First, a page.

Yep, he’s kinda bitter in amongst the camp pomposity and flamboyant self-aggrandisement, and we are given the chance to see him well before Kirk discover a man who claims to have been forced into a life of crime by Klingon war circumstance.

You get the feeling though that Mudd would’ve found a way to feather his own nest come what may since he shows an alarming alacrity to side with whoever can do him the most good; in this case, bugging the cell so his conversations with any captured Starfleet officers are transmitted to L’Rell’s visibly non-existent ears.

Personality and ethical flaws aside, the move by Lorca to abandon him in the prison is very un-Starfleet of old and points to Discovery‘s grittier, darker, more flawed take on proceedings, keeping it very firmly in the Deep Space Nine side of the canon.


“I’m sorry” … “No, I’m sorry.” … Saru and Burnham come to the inevitable end of what looks a lot like sibling rivalry (image courtesy CBS)


Back on the Discovery itself, wrapped up in a well-oiled search for Lorca, overseen by Saru who proves immensely good in the role of leadership – though he laments to Michael Burnham (Sonequa Martin-Green) that he might have been even better if he could have learnt more from Philippa Georgiou (Michelle Yeoh), something denied him – the main game in town, B-plot wise at least, is what to do with the Tartigrade.

You know, the warp-capable creature who’s been imprisoned in order to ensure that the new spore drive takes them exactly where they need to go; it’s damn good at doing that, thanks to its symbiotic links with the spores that suffuse space but it’s taking its toll and Burnham for once, later joined by life partners Lt Paul Stamets (Anthony Rapp) and Dr Hugh Culber (Wilson Cruz) who argue for the Tartigrade to be given much-needed down time.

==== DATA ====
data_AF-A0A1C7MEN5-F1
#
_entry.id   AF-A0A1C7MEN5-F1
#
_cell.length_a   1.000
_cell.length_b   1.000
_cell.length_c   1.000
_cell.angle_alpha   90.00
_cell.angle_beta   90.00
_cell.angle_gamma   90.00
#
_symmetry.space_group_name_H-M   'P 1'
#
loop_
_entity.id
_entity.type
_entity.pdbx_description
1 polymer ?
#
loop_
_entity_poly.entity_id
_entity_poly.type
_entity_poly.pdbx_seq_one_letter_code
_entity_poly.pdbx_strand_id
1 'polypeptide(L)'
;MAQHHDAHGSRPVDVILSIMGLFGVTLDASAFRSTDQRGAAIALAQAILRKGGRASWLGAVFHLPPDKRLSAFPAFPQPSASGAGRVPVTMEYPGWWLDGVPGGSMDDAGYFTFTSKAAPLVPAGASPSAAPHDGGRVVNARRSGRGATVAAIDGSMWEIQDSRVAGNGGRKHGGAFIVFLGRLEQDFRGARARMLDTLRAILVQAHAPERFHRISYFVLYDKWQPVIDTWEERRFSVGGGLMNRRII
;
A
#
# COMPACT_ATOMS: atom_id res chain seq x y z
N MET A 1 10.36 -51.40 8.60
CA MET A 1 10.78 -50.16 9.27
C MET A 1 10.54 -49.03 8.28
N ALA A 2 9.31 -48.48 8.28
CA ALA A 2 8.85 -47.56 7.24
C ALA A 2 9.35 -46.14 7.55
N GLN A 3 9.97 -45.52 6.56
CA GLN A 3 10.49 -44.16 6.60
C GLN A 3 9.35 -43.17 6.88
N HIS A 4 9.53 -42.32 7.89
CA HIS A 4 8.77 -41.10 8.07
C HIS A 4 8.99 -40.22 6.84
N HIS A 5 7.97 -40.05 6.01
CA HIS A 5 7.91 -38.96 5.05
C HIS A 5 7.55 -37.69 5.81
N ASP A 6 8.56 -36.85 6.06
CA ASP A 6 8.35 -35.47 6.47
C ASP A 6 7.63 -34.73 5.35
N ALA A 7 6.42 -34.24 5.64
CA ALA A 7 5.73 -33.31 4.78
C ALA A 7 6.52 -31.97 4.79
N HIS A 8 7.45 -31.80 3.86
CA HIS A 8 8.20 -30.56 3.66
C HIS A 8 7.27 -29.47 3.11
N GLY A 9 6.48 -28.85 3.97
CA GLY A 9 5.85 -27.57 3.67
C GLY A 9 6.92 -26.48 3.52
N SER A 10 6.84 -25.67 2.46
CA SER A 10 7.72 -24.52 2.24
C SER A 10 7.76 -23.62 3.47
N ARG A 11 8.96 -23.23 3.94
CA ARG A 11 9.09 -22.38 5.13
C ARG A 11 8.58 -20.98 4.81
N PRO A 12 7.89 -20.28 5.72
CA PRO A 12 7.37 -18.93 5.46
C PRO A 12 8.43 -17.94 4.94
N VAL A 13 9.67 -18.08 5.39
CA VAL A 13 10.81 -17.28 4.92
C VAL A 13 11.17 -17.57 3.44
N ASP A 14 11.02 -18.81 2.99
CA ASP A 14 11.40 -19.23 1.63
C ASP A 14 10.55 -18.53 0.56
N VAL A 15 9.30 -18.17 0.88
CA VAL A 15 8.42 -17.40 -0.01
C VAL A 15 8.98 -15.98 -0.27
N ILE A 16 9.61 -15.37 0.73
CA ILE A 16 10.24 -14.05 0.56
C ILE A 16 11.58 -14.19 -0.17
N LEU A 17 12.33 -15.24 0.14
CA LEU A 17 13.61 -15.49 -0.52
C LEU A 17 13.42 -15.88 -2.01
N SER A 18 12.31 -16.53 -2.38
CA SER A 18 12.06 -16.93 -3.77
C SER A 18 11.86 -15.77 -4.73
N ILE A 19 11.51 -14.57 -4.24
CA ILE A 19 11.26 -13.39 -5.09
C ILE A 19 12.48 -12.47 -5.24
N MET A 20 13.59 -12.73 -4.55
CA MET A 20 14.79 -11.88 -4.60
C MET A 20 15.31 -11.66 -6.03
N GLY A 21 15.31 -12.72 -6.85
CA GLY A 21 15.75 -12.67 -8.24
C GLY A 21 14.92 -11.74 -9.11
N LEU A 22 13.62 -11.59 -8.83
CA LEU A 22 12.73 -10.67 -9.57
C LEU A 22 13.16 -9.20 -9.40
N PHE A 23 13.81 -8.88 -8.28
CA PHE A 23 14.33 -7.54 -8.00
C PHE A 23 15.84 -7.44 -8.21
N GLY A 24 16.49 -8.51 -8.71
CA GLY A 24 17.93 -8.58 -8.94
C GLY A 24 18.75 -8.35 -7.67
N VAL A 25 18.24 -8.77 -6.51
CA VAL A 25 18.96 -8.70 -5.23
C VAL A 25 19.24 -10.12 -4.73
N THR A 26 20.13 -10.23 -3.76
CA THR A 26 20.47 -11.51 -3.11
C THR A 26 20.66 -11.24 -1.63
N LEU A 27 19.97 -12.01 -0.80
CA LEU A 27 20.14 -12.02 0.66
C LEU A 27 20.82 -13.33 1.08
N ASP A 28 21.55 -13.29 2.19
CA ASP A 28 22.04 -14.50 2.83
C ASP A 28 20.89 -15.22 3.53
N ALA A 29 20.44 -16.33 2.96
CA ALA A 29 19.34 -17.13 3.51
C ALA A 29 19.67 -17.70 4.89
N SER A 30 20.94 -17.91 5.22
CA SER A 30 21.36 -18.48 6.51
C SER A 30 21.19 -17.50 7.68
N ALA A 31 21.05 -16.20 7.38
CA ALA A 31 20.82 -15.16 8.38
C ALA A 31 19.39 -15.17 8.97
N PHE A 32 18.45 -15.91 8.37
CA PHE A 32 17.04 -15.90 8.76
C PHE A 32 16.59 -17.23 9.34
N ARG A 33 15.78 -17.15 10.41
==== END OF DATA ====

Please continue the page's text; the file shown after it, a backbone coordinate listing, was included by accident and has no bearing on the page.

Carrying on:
It won’t be getting that given the need to find Lorca, with Saru adamant that the overwhelming priority is rescuing their Captain with everything else coming a very distant second.

Why Saru, you have the makings of a very good Lorca yet!

Eventually, thanks to a new DNA-mix that can turn a human being into a temporary Tartigrade – Smarts naturally tries it on himself and it works but what of the mysterious man in the mirror huh? What kind of weirdass side effect is he? – the poor beleaguered creature is given its freedom by Burnham who doesn’t get a whole lot to do this episode but does it very well, anyway, even making with Saru in realistic but touching fashion.

“You guys, this is so fucking cool! …I’m so sorry.”
“No, cadet. It is fucking cool.” (Tilly and Stamets)

Naturally we couldn’t finish a review of “Choose Your Pain”, the motto for the Klingon Empire’s equivalent of Airbnb, without noting that this episode, as the preceding show illustrates with crassly-lit neon and shouts from mountaintops, without mentioning that the F-bomb got dropped.

Not once, but TWICE.

It’s a big day for the largely-squeaky clean franchise and speaks to the fact that this is not your grandmother’s Star Trek, not does it belong to Picard or any of the other whiter-than-white captains (a number of who, including Archer, April and Pike are suggested by the computer as leadership role models to a nervous Saru), and that Star Trek: Discovery is determined to be big, brash, bad and a little bit naughty.

What it also is, and this shouldn’t get lost in the “Um-ah they swore!” kerfuffle, is that it’s willing to show that for all its idealism that Starfleet and its people, alien or otherwise, are very much fallible beings, that as noted in earlier doesn’t take one iota away from the franchise’s idealistic origins but rather place in a far more realistic context, something that should stand this very promising show in a very good position moving forward.

  • Next week, we boldly head towards “Lethe”, an episode in which Iverse believes we will be given another link back to The Original Series

“The next episode of Discovery is titled “Lethe,” which could be a reference to a character of the same name who appeared in the original series episode “Dagger of the Mind.” That episode found Captain Kirk and Dr. Noel beaming down to check out a Federation rehabilitation colony on the planet Tantalus V, only to discover terrible mind experiments being performed on the inmates. And one of the former mental patients of Tantalus V was a woman named Lethe (Susanne Wasson). In the opening moments of “Dagger of the Mind,” we’re told Lethe was brought to the colony for rehab but stayed on as a therapist. The truth ends up being somewhat more twisted in the end. She’s also evasive with Captain Kirk about what she was in for.”